The Mosaic of Life

I spend way too much time online (just look at my Instagram), but while much of that is wasteful & pointless on occasion I do run across something that provokes thought. Such is the case with this little gem. In one of the more notable scenes from the Christmas classic It’s A Wonderful Life it is said that “each man’s life touches so many other lives”, and while we tend to think in grandiose terms it is interesting to ponder the seemingly trivial ways others have influenced us. 

 

I drink skim milk because my friend Greg introduced me to it in college and now it’s the only kind of milk I buy. Greg also gave me Rush Limbaugh’s book The Way Things Ought To Be in 1991 which transformed my life, and he taught me that “no man has ever said I wish I would’ve bought a smaller TV”.

 

My love for the Steelers & Pirates may have become a thing anyway given my hometown’s proximity to Pittsburgh, but it probably helped that my Great Aunt Garnet & my Uncle John both lived up there and we went to visit occasionally. 

 

An old boss at a job I had over two decades ago turned me onto jazz & blues music, and he also introduced me to sushi. My music palate began to be refined in college, and I have several fraternity brothers to thank for that. 

 

My sardonic sense of humor was heavily influenced by a former co-worker named Woody, and further enhanced by another colleague & friend Deidra who made me aware that I even had a sense of humor. Sometimes compliments stick with you forever. 

 

Obviously one’s parents & family typically play a huge role in shaping many areas of life. Dad has taught me a plethora of things…embracing our Italian heritage, an affection for laughter (I’ll always remember watching Johnny Carson & David Letterman on Friday nights with my father), & appreciation for a good biography just to name a few. He also introduced me to The Godfather & Frank Sinatra. My grandmothers were both churchgoers & undeniably influenced my faith. They were pretty good cooks too: Grandma Pigott made the best potato salad in the world, while Grandma Mano baked her own bread that paired well with the sloppy eggs she & my grandfather both made. My Papaw Jim exampled kindness & generosity. Sadly, just like the fried potatoes that he expertly prepared (painstakingly stirring them in a cast iron skillet forever) but I cannot seem to duplicate, I’ll never be the man he was. When one looks up grandfather in the dictionary his photo should be there. Mom was an unusual mix of kindhearted, empathetic, & tougher than a two dollar steak. She was soft-spoken but could open up a can o’ whoopass when necessary. I’m not sure I believe in all of that Freudian stuff, but perhaps I’ve remained single in a futile search for a woman that could live up to my mother’s legacy.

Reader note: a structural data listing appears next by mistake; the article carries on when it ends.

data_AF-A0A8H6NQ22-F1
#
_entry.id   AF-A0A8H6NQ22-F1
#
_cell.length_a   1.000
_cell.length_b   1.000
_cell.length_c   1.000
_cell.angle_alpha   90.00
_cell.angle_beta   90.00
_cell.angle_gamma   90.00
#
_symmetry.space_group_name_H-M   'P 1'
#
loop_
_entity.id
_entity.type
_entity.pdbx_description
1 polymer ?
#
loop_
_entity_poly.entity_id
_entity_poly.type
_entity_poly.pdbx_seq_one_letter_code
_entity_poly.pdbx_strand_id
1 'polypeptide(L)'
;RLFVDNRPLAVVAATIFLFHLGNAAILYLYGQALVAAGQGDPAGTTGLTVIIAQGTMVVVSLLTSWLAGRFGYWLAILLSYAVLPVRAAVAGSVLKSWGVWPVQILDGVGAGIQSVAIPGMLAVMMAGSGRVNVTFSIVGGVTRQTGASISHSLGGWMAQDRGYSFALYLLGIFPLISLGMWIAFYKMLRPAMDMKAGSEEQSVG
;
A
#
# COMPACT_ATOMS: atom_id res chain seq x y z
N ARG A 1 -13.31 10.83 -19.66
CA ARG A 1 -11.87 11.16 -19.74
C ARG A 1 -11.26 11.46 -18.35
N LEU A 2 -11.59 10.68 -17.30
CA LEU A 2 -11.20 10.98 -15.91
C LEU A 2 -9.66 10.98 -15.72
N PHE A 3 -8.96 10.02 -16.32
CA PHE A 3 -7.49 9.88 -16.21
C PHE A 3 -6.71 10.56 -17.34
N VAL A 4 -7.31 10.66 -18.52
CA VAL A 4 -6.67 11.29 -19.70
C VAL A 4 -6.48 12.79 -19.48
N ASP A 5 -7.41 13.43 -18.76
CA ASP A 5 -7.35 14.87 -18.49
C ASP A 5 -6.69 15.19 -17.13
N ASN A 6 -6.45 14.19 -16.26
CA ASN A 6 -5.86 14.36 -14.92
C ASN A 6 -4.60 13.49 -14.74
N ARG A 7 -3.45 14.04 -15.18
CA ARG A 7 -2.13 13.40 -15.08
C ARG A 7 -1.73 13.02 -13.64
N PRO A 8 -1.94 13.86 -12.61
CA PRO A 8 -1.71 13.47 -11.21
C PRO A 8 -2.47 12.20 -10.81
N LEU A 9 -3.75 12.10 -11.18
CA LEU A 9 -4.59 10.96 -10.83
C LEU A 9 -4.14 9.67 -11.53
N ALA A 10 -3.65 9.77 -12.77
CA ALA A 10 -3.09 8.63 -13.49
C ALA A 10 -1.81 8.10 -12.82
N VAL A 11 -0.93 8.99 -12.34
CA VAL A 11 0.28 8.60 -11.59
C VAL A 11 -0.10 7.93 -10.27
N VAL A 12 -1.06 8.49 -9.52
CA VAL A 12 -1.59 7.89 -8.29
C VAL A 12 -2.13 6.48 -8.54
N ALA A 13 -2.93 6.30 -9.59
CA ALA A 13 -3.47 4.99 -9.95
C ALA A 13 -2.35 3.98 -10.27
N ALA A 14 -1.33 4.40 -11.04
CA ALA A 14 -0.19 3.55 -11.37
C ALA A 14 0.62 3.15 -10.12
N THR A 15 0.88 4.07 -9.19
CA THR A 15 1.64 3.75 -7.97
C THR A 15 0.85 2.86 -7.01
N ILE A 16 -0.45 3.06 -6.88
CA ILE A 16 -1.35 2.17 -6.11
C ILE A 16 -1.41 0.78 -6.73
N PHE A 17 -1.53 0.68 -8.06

Another former co-worker Don (who occasionally checks in on The Manofesto & leaves a comment) provides a different example of what modeling Christ should look like. We’re not related & he’s more of a contemporary than the older folks I looked up to in church as a kid. He’s also more genuine & rooted in his faith than most people but he’s not self-righteous about it at all. 

 

A girl I was crushing on in 6th grade wouldn’t talk to me, and I found out that it was because I am in a wheelchair & she was afraid she’d say something to upset me. So from the age of 11 onward I decided that a) I’d always be the first person to make a stupid & borderline inappropriate cripple joke, and b) I wouldn’t be easily offended by anything. I don’t know what became of that little girl, but Thank You. 

 

I wish I could remember what grade I was in & the teacher’s name (pretty sure it was junior high), but reading Sir Arthur Conan Doyle’s short story The Adventure of the Blue Carbuncle led to me becoming a lifelong Sherlockian. 

 

My friend The Owl gave me many things: an appreciation for science, philosophy, & engineering that I never had before I met him, a healthy skepticism of women & relationships, affection for Star Trek, a unique perspective of music, and he introduced me to Ray Bradbury. We used to talk for hours multiple times a week about all kinds of things and I miss him tremendously.

 

I could probably go on & on if I had the inclination and pondered the idea awhile longer, but you get the point. I’m proud to be a mosaic and look forward to adding more colors in the future. 

 

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